Buying an EIFS home

Buying an EIFS home

Buying an EIFS home; what to look for

When buying an EIFS home you can real hit a home run if you know what you are looking for. I don’t think it is any secret that the EIFS (Exterior Insulation and Finish System) industry has an applicator problem, and that cannot be good. I think most professionals, if not all, would agree that the Exterior Insulation and Finish System product is a very good one, and when applied correctly is an excellent product (The Department of Energy’s testing by Oak Ridge National Laboratory concluded that Exterior insulation and Finish System out preforms brick, stucco, concrete block and cementitious fiber board siding). The question is how can you tell, when buying a Synthetic Stucco home, that the cladding was done correctly. Actually, for the trained eye it is a pretty simple process. There are a few basic things to look for. One of the most important things to look for is kick out flashing. If the house has kick out flashing that Buying a EIFS homeis a real good sign. The second thing to look for is the termination at the grade. The Exterior Insulation and Finish System should be at least 6 inches above grade. If the bottom of the Synthetic Stucco has a weep track then you know the home has a Water Management System. These two things are key to a good job, and when buying a Synthetic Stucco home they are the most important things to look for. The third thing to look for will really tell you that you have a winner, and that is around the windows and doors. The windows and doors should have an expansion joint around them, and the joint should be caulked. That caulk will fail one day, and has to be maintained, but we know that, and that is not really what we are looking for, what we are looking for, is if the Base Coat material goes back to the substrate in the expansion joint. If the material goes back all the way to the substrate, then when that caulk fails, there will not be exposed foam for water to soak into. You can be pretty confident when buying a EIFS home that you have a winner if the windows and doors are done this way.

One of the major things you want to make sure of is that the home has a moisture barrier like tyvek, tar paper, or a painted on barrier. Without a moisture barrier if the system fails it will rot the substrate. This can be very devastating if the substrate is wood. Unfortunately, the only way to know if there is a moisture barrier behind the system is to cut a hole in the system, and take a look. The reason this is so important is that if there is a moisture barrier the only damage will be to the Synthetic Stucco, and not to the substrate, so you will know what you are getting into for repairs, and not have major surprises trying to replace the substrate, and even the structure itself.

In closing, with an educated buyer the product can be a very attractive investment. If you can find an Exterior Insulation and Finish System home that was built by a high quality contractor that knew what they were doing, and did not cut any corners, you can buy a really great home for a steal of a deal. The problems in the residential Synthetic Stucco industry have lowered the prices of these homes, and for the ones that were done correctly they are very much worth the investment.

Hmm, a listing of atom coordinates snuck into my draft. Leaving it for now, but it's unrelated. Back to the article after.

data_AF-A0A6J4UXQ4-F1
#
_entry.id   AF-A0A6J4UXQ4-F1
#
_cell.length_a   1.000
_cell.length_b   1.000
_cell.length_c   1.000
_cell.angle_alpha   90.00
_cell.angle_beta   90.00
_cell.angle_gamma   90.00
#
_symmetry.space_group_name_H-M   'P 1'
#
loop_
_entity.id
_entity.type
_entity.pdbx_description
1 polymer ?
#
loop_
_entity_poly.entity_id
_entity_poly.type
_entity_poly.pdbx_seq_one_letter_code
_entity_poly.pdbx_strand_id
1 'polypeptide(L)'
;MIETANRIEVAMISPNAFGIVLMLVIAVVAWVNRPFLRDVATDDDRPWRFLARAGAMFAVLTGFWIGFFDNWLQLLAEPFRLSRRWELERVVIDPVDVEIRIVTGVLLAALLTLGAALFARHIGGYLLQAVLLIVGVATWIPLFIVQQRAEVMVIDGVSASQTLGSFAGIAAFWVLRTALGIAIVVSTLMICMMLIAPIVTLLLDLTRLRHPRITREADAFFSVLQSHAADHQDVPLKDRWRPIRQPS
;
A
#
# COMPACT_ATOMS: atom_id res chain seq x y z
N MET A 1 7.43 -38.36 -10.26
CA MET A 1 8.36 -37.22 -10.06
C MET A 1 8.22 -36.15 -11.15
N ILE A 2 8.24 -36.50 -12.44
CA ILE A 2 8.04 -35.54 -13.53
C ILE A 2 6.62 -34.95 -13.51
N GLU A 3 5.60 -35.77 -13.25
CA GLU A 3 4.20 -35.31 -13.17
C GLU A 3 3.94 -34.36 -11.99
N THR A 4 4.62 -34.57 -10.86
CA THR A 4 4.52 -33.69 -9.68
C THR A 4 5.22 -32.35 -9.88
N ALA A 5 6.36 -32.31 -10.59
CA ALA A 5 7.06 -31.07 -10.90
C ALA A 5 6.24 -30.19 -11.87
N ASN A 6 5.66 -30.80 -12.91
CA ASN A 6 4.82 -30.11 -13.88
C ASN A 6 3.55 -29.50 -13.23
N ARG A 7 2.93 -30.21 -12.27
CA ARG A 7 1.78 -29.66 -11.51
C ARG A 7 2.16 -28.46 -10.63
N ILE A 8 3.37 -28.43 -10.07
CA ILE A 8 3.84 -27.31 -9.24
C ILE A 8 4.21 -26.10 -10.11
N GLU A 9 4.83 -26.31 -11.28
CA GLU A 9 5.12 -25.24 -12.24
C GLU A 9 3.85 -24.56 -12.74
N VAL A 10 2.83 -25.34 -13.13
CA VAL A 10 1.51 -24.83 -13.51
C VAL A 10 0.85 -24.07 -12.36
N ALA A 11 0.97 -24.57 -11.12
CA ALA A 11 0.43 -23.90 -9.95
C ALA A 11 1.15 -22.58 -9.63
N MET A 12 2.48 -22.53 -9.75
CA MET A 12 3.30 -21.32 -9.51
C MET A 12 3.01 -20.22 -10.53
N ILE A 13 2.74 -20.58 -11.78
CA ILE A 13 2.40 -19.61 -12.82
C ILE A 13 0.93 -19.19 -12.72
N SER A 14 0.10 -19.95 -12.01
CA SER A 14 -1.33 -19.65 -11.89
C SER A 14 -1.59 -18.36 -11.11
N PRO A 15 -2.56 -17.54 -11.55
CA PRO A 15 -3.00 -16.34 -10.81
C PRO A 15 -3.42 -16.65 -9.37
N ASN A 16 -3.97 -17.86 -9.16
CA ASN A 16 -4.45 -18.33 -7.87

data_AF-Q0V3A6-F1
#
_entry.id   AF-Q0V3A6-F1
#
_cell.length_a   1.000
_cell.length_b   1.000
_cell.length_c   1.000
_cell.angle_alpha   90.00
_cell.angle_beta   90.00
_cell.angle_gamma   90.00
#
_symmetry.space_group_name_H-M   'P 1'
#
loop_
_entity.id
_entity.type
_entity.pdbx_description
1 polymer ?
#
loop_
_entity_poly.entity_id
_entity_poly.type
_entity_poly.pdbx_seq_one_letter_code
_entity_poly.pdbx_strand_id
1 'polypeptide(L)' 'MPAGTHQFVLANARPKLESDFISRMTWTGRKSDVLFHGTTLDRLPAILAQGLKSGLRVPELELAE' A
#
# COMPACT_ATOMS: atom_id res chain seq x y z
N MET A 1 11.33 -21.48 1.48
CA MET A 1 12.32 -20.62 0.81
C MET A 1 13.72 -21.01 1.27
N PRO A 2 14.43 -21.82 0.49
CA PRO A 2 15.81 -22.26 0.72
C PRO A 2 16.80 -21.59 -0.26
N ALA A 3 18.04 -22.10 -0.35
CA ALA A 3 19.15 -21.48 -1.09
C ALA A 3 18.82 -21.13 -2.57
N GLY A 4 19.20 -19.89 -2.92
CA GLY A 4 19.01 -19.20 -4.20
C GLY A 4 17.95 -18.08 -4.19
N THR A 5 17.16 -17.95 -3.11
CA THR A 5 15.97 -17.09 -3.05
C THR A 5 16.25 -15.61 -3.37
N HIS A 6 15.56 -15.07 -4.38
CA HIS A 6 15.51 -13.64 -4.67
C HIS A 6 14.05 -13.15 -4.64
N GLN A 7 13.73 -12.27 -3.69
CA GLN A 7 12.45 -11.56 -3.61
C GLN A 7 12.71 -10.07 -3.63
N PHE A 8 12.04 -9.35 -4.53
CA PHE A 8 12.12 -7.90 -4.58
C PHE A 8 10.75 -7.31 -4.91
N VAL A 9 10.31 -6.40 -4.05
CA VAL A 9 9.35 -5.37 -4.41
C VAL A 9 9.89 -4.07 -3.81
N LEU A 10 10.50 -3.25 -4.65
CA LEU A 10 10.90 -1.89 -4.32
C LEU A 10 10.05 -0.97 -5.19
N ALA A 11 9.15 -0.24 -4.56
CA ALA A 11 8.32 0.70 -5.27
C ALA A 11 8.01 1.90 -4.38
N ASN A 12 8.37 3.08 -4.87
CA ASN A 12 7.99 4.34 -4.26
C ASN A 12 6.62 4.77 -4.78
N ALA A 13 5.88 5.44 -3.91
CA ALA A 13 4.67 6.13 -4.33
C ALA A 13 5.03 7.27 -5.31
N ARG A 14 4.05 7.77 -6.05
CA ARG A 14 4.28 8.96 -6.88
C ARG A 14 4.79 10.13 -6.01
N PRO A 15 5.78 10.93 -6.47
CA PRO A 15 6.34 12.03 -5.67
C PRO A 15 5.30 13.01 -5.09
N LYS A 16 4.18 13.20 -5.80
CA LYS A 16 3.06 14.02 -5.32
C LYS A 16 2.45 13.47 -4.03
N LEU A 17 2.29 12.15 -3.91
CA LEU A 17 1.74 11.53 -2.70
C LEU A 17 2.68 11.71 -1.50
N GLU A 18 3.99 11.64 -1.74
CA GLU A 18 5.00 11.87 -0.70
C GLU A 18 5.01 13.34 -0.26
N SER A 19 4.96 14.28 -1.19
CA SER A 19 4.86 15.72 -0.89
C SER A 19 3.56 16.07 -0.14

buying an eifs home

Exterior Insulation and Finish System also known as Synthetic Stucco or Dryvit ®

Buying a EIFS home – EIFS Repair – Synthetic Stucco

New Home owner with EIFS – Question

My question as a new homeowner with EIFS, should I avoid all together
putting any kind of nails or screws in the EIFS for fear it will allow
moisture in. I am thinking of hanging some planters, a piece of
grillwork, and a hose holder. Is there a special way to insert a screw
or nail to prevent introduction of moisture? Thank you.

That is a very good question Joyce, and you are right to that the nail or screw hole will allow moisture and over time can even cause some real problems. What you will need to do first is to get some screws long enough to go through the EIFS system and into the sub-straight. It is important to make sure each screw hole is sealed with silicon caulk. The reason I say silicon caulk is that the silicon caulk will not eat away at the foam like other caulks will.

With that all being said I would like to tell you about a conversation I had the other day with a rep from STO about a cool way to do this process. How it works is that you get some PVC tubing and use it for a mounting bracket. First you will use a drill to cut a hole of the desired diameter and push the piece of PVC with a small amount of adhesive (once again make sure you use a foam friendly adhesive like PL Premium)  into the hole making sure the tubing is flush with the EIFS System. Now you can run your screw in your home made hole and fill with caulk. With this system if the nail or screw were to fall out of need to be replace you can simply pull out the caulk and replace it all nice and clean. Having the PVC will help with the heavy things like planters as well you have to keep in mind that there is only foam back there. I really like this idea. I feel this process would work great for filling the holes on store fronts after the side has been removed.

EIFS Repair | Exterior Insulation and Finish System